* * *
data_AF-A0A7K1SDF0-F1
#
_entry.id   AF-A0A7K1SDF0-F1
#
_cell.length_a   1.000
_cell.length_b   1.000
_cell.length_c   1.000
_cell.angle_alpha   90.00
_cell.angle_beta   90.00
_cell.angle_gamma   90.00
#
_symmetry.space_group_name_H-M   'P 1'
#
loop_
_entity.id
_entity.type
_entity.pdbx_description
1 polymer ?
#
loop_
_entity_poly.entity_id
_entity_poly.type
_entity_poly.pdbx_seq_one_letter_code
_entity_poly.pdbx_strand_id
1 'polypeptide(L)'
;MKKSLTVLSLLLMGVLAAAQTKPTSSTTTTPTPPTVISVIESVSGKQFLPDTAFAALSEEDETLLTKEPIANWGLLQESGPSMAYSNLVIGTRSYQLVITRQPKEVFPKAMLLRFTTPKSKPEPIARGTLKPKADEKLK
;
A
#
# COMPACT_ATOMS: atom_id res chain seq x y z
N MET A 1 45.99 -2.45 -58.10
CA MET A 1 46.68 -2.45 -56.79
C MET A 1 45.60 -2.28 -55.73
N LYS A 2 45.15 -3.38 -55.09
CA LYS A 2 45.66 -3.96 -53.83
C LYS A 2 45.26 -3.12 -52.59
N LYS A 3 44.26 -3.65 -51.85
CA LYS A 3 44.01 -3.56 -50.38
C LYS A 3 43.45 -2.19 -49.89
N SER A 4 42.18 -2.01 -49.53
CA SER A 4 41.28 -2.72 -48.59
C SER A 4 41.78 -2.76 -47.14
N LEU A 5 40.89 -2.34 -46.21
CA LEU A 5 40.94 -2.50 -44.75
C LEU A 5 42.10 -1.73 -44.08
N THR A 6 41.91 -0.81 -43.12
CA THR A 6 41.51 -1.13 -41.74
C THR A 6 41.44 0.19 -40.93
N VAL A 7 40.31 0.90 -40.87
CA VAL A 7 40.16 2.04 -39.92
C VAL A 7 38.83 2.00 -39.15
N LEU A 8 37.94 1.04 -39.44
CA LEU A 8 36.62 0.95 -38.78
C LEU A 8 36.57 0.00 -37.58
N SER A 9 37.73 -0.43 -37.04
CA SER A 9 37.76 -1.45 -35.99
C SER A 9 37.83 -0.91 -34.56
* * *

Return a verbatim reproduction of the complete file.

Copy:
data_AF-A0A7K1SDF0-F1
#
_entry.id   AF-A0A7K1SDF0-F1
#
_cell.length_a   1.000
_cell.length_b   1.000
_cell.length_c   1.000
_cell.angle_alpha   90.00
_cell.angle_beta   90.00
_cell.angle_gamma   90.00
#
_symmetry.space_group_name_H-M   'P 1'
#
loop_
_entity.id
_entity.type
_entity.pdbx_description
1 polymer ?
#
loop_
_entity_poly.entity_id
_entity_poly.type
_entity_poly.pdbx_seq_one_letter_code
_entity_poly.pdbx_strand_id
1 'polypeptide(L)'
;MKKSLTVLSLLLMGVLAAAQTKPTSSTTTTPTPPTVISVIESVSGKQFLPDTAFAALSEEDETLLTKEPIANWGLLQESGPSMAYSNLVIGTRSYQLVITRQPKEVFPKAMLLRFTTPKSKPEPIARGTLKPKADEKLK
;
A
#
# COMPACT_ATOMS: atom_id res chain seq x y z
N MET A 1 45.99 -2.45 -58.10
CA MET A 1 46.68 -2.45 -56.79
C MET A 1 45.60 -2.28 -55.73
N LYS A 2 45.15 -3.38 -55.09
CA LYS A 2 45.66 -3.96 -53.83
C LYS A 2 45.26 -3.12 -52.59
N LYS A 3 44.26 -3.65 -51.85
CA LYS A 3 44.01 -3.56 -50.38
C LYS A 3 43.45 -2.19 -49.89
N SER A 4 42.18 -2.01 -49.53
CA SER A 4 41.28 -2.72 -48.59
C SER A 4 41.78 -2.76 -47.14
N LEU A 5 40.89 -2.34 -46.21
CA LEU A 5 40.94 -2.50 -44.75
C LEU A 5 42.10 -1.73 -44.08
N THR A 6 41.91 -0.81 -43.12
CA THR A 6 41.51 -1.13 -41.74
C THR A 6 41.44 0.19 -40.93
N VAL A 7 40.31 0.90 -40.87
CA VAL A 7 40.16 2.04 -39.92
C VAL A 7 38.83 2.00 -39.15
N LEU A 8 37.94 1.04 -39.44
CA LEU A 8 36.62 0.95 -38.78
C LEU A 8 36.57 0.00 -37.58
N SER A 9 37.73 -0.43 -37.04
CA SER A 9 37.76 -1.45 -35.99
C SER A 9 37.83 -0.91 -34.56